Over the study period, several notable changes occurred at our institution. Importantly, all of the changes occurred with both the direct anterior and non-anterior THA cohorts. Prior to 2013, thromboembolic prophylaxis was surgeon-dependent, although most preferred low-molecular-weight heparin. From January 2013 through April 2014, robust institutional guidelines recommended low-molecular-weight heparin for prophylaxis, and from May 2014 onward, those guidelines recommended aspirin instead of low-molecular-weight heparin. For preoperative antimicrobial prophylaxis, all of the patients undergoing primary THA received expanded gram-negative antimicrobial prophylaxis (EGNAP)29,30 with a gram-negative agent (1 dose of 2 g of aztreonam if the patient age was ≥75 years, the weight was ≥120 kg, or the creatinine clearance [CrCl] was <20 mL/min, or 3 to 5 mg/kg of gentamicin) and either 2 g of cefazolin for 24 hours, 1 preoperative dose of 15 to 20 mg/kg of vancomycin if MRSA-positive, or 1 preoperative dose of 900 mg of clindamycin if the patient was severely allergic to penicillin or cephalosporin for gram-positive coverage. Additionally, our institution began an intrawound vancomycin powder and dilute povidone-iodine lavage protocol (VIP) for high-risk patients undergoing THA in January 2014, as defined by Iorio et al.31, and began using VIP for all patients undergoing THA in January 2016, regardless of preoperative risk32. Based on a separate analysis that we performed, the VIP did not affect the organism profile of our 90-day primary THA PJIs. Finally, patients who were positive for S. aureus underwent preoperative nasal decolonization with chlorhexidine wipes and povidone-iodine ointment to the nares. All preoperative surgical site preparation was performed using chlorhexidine scrub or povidone-iodine wash if the patient was allergic to chlorhexidine.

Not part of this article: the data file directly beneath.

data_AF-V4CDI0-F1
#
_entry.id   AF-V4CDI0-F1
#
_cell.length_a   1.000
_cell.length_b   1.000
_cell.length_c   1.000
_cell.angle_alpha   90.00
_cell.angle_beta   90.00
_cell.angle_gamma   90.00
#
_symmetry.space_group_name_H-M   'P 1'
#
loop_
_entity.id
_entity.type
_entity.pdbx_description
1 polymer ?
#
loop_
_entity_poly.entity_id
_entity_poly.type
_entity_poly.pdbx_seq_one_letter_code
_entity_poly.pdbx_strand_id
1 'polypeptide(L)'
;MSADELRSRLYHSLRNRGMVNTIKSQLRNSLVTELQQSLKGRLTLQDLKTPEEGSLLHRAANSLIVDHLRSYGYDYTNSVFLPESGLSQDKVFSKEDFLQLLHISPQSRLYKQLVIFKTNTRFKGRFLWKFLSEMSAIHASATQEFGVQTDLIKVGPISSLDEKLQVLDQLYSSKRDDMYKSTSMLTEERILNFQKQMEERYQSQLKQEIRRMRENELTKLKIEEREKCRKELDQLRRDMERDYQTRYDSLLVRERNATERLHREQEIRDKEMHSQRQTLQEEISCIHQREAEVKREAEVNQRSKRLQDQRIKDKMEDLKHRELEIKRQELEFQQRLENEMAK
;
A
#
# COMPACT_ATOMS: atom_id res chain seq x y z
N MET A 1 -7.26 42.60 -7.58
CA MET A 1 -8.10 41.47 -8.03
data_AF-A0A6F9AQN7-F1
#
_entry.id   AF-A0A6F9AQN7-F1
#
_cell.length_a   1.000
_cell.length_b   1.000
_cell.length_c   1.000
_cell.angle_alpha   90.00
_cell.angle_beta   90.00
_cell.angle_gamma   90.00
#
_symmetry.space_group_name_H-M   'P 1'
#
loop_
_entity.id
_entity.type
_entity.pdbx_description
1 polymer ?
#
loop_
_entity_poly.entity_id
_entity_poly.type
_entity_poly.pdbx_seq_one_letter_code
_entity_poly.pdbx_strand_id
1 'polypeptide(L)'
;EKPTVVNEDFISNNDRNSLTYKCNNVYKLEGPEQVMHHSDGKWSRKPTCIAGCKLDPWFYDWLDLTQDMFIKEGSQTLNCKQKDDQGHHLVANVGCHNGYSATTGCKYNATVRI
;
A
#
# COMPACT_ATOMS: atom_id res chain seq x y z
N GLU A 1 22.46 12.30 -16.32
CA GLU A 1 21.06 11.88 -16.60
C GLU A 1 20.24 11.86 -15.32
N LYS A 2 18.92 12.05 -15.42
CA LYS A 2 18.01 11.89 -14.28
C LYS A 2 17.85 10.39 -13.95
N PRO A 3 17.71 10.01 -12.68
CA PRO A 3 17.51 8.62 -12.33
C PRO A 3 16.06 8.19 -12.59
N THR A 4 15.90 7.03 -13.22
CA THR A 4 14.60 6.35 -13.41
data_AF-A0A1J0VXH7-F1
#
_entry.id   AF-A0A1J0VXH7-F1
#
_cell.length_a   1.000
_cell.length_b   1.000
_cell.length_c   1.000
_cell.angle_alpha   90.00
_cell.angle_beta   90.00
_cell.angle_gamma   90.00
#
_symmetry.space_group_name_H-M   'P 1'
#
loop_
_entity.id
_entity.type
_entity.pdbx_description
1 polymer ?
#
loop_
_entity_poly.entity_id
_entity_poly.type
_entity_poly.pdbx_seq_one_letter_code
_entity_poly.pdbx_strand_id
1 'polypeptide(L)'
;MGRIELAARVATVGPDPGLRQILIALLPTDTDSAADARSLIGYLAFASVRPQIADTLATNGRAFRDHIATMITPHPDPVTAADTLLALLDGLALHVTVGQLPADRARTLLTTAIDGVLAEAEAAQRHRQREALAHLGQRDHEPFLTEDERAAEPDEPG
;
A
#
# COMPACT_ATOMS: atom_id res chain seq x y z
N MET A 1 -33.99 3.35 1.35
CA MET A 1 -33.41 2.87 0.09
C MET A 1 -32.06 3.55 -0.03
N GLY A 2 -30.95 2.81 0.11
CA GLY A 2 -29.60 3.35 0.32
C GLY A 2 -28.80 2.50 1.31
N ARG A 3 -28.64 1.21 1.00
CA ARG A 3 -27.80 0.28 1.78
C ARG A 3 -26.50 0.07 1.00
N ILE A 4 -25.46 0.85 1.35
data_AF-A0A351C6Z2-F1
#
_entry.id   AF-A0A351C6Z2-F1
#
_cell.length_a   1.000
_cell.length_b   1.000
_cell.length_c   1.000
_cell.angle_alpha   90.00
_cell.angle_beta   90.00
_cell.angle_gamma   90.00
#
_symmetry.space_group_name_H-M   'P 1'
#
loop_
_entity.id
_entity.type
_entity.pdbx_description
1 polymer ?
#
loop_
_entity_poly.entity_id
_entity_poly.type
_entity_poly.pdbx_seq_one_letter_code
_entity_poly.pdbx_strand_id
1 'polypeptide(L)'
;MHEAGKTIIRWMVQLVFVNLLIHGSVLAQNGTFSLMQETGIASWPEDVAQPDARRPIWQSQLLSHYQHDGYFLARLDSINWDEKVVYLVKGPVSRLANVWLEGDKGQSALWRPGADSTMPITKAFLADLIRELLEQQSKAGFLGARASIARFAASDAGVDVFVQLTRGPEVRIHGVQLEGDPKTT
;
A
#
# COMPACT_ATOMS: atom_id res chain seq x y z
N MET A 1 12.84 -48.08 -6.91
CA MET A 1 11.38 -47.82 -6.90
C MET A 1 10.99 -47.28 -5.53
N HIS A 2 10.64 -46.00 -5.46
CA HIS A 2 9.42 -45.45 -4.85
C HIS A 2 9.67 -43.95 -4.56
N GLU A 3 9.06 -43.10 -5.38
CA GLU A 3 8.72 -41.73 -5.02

After confirmation of PJI, the patient age, sex, BMI, presence of diabetes mellitus (DM) or rheumatoid arthritis (RA), American Society of Anesthesiologists (ASA) classification, and organism characteristics were collected via electronic medical database query, followed by manual chart review for confirmation. The infecting organisms were identified and grouped after consultation with our infectious disease colleagues and infection control department. The incidence of the following organisms and organism groups was then compared by approach: methicillin-sensitive S. aureus (MSSA), MRSA, coagulase-negative Staphylococcus species, gram-negative species, obligate anaerobes, polymicrobial infections, culture-negative infections, and “other” infections. Since polymicrobial PJIs are known to lead to worse outcomes compared with monomicrobial PJIs24, following the precedent set by Aggarwal et al.33, individual organisms in the polymicrobial category were excluded from grouping in any of the other categories. Additionally, none of the monomicrobial infections belonged to >1 category. Only organisms that were identified before or during the first revision for infection after primary THA, and not during any subsequent revision surgeries, were included in our analysis.